Metis graduate Summer Rankin is currently working on her favorite project to date as a Lead Data Scientist for the consulting firm Booz Allen Hamilton. Along with epidemiologist Roselie Bright, Sc.D., M.S., P.M.P., at the Food and Drug Administration, she’s trying to understand if there are patterns in the chart notes of electronic health records that could alert researchers and others to adverse events before human minds alone can figure them out.
For Rankin, the project represents a fusion of her two professional worlds: data science and academia.
“We’re studying a few different cases and sources of data,” said Rankin. “It’s really fun because working with Roselie is like being part of an academic lab. She’s interested in the exploration and research rather than a product and that makes it more fun for me because, as a data scientist, I love looking at how and why things happen the way they do.”
Familiar with academia, Rankin earned her Ph.D. in Complex Systems and Brain Sciences from Florida Atlantic University before becoming a postdoctoral fellow at Johns Hopkins School of Medicine. There, she focused on music cognition and auditory perception and studied a lot of data, from time series to music (also a time series, she notes) to fMRI.
“I enjoyed uncovering patterns, like fractals, in musical and behavioral data,” she explained.
She enjoyed it very much, actually. So much so that after finishing her postdoc, she realized that perhaps she was more interested in being a postdoc – which allowed her to “get my hands dirty” – than she was in moving on to a full-time role in academia. Left at somewhat of an impasse and not sure what to do next, Rankin took a teaching job at Bard Early College Baltimore but continued to feel a growing sense of dissatisfaction.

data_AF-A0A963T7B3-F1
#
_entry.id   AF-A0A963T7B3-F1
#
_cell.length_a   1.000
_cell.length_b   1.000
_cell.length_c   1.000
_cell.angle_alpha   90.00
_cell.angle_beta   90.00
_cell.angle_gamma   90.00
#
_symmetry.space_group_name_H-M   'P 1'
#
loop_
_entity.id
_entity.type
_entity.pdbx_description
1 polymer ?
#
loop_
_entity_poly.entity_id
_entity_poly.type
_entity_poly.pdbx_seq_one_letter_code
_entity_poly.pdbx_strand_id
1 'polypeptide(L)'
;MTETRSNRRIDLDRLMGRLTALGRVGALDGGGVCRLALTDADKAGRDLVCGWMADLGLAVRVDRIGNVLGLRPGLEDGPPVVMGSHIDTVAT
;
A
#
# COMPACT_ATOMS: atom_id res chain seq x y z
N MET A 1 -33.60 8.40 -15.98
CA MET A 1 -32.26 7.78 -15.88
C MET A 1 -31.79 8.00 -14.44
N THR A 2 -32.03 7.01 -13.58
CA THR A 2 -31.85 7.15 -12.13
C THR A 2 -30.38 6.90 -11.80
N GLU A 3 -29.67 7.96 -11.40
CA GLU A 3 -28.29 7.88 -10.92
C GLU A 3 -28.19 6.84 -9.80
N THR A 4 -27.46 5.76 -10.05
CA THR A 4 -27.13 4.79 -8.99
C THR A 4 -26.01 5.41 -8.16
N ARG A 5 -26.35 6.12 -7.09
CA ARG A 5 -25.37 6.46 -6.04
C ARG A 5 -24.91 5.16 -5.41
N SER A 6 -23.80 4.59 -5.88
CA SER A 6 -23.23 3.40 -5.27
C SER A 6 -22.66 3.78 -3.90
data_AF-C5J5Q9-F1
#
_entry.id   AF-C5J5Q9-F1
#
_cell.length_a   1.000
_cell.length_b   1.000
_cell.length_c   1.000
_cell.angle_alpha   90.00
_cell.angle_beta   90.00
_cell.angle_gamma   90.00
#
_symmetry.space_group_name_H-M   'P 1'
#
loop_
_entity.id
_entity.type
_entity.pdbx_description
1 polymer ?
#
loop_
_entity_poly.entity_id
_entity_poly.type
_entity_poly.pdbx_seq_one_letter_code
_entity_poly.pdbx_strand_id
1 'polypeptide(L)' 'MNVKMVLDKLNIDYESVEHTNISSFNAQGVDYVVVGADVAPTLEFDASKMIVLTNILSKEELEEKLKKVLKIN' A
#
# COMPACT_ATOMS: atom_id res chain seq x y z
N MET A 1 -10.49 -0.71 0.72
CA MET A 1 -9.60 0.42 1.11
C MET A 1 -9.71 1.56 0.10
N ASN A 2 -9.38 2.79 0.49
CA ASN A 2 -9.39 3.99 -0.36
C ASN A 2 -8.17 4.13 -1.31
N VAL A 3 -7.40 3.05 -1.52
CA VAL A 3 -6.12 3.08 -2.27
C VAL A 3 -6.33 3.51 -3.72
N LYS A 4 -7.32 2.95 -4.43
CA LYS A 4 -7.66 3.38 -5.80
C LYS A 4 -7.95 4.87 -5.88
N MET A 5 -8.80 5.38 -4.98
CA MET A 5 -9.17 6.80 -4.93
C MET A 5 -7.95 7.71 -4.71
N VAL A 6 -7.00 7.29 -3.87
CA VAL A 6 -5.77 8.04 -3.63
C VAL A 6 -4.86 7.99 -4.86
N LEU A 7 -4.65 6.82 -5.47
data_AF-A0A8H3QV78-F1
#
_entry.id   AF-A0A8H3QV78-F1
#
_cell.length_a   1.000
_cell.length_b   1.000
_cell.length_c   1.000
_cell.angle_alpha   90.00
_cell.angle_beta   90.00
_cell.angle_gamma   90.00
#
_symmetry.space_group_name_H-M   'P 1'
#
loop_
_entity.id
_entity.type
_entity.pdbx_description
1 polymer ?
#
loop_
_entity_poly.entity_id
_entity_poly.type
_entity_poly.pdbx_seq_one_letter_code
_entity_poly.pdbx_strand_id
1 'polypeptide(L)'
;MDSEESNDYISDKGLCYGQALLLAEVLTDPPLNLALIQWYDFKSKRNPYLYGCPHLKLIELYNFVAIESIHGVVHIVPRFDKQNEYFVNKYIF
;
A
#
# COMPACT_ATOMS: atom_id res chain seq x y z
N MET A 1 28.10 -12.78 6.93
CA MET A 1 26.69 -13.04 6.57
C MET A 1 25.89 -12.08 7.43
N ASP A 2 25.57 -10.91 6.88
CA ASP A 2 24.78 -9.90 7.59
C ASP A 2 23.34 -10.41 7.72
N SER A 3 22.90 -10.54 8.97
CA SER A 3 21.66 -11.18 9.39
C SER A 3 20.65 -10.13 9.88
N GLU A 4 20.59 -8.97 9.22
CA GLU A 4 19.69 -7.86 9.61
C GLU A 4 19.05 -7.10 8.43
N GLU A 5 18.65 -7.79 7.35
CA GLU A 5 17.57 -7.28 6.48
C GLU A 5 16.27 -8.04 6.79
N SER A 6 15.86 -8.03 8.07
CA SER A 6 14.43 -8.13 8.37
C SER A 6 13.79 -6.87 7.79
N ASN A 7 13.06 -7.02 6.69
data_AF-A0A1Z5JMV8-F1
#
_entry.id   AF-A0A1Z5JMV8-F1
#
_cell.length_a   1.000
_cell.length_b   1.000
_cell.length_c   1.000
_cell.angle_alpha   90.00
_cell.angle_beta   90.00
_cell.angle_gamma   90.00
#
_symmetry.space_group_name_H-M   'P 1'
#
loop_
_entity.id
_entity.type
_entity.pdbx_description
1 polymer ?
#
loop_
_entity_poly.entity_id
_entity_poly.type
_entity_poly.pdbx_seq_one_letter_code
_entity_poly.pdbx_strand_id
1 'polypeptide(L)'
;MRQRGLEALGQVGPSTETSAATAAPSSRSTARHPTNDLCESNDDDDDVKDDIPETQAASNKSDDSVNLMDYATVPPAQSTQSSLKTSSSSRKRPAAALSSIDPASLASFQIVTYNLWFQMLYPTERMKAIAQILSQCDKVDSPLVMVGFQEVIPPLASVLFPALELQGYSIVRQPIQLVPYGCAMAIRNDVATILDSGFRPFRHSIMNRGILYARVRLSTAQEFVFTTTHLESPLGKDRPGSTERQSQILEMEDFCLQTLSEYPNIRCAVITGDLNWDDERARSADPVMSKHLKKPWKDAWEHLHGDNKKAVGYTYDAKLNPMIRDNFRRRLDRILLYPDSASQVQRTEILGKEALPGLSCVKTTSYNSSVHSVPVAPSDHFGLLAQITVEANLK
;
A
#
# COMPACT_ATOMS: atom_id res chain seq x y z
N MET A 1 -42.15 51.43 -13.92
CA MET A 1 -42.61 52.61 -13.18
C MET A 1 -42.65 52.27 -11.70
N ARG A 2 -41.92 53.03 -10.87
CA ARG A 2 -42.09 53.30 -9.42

“I liked the teaching, especially computer science, but the hours were insane and it completely pulled me away from any of my coding and scientific pursuits. So I decided to apply to some data science positions because it seemed like the best way to get back into doing analysis and learning more about programming,” said Rankin.
But as a self-taught programmer with an academic CV (read: a really long CV), she wasn’t getting many responses. Rankin knew she needed to fill in her skill and knowledge gaps if she truly wanted to move into data science. But how?
After taking a couple courses on Coursera, she was ready to think about something more intense, rigorous, and hands-on. Enter Metis, which she learned about after hearing our Chief Data Scientist Debbie Berebichez interviewed on the Becoming a Data Scientist podcast.
“I liked Debbie's attitude about women and minorities in technology and appreciated that she’s a physicist – they don't tend to water down the math and programming, which is what I wanted in a training program,” explained Rankin.
What happened next created an interesting scenario for Rankin. After a successful application process, she was offered a seat in the Metis Chicago bootcamp. She lived in Washington D.C. and has been under the impression that Metis operated from there. After some consideration, she decided to go for it, with positive results.
“I met some really great people in Chicago, had an awesome time, and was forced to focus all of my energy on the bootcamp, which was a great way to get the most out of it,” she said. “I highly recommend going out of town for the training.”
Within four months of graduation, Rankin landed her current role as a Lead Data Scientist at Booz Allen Hamilton, an information technology consulting firm based back home in the D.C. area. Life at a consulting firm offers a level of variety that Rankin appreciates. The list of data science tools she uses regularly goes on for miles, and the projects she’s tackled so far involve NLP, time-series signal analysis, fraud detection, anomaly detection, and more.
In many ways, the training structure of a bootcamp represents ideal preparation for consulting work, which can change dramatically from project to project and requires a broad range of skills and knowledge, as well as the ability to work with rotating teams and individuals. After the bootcamp, Rankin felt prepared to transition into her role at Booz Allen in large part because she’d used her 12 weeks of training to stretch herself beyond her comfort zone when it came to projects, choosing ones that were sure to challenge her.
“Don't do more than one project that you consider to be in your 'wheelhouse,’” she said when asked what advice she’d give to incoming bootcamp students. “Push yourself to learn something new while you have experts around to help you when you get stuck.”
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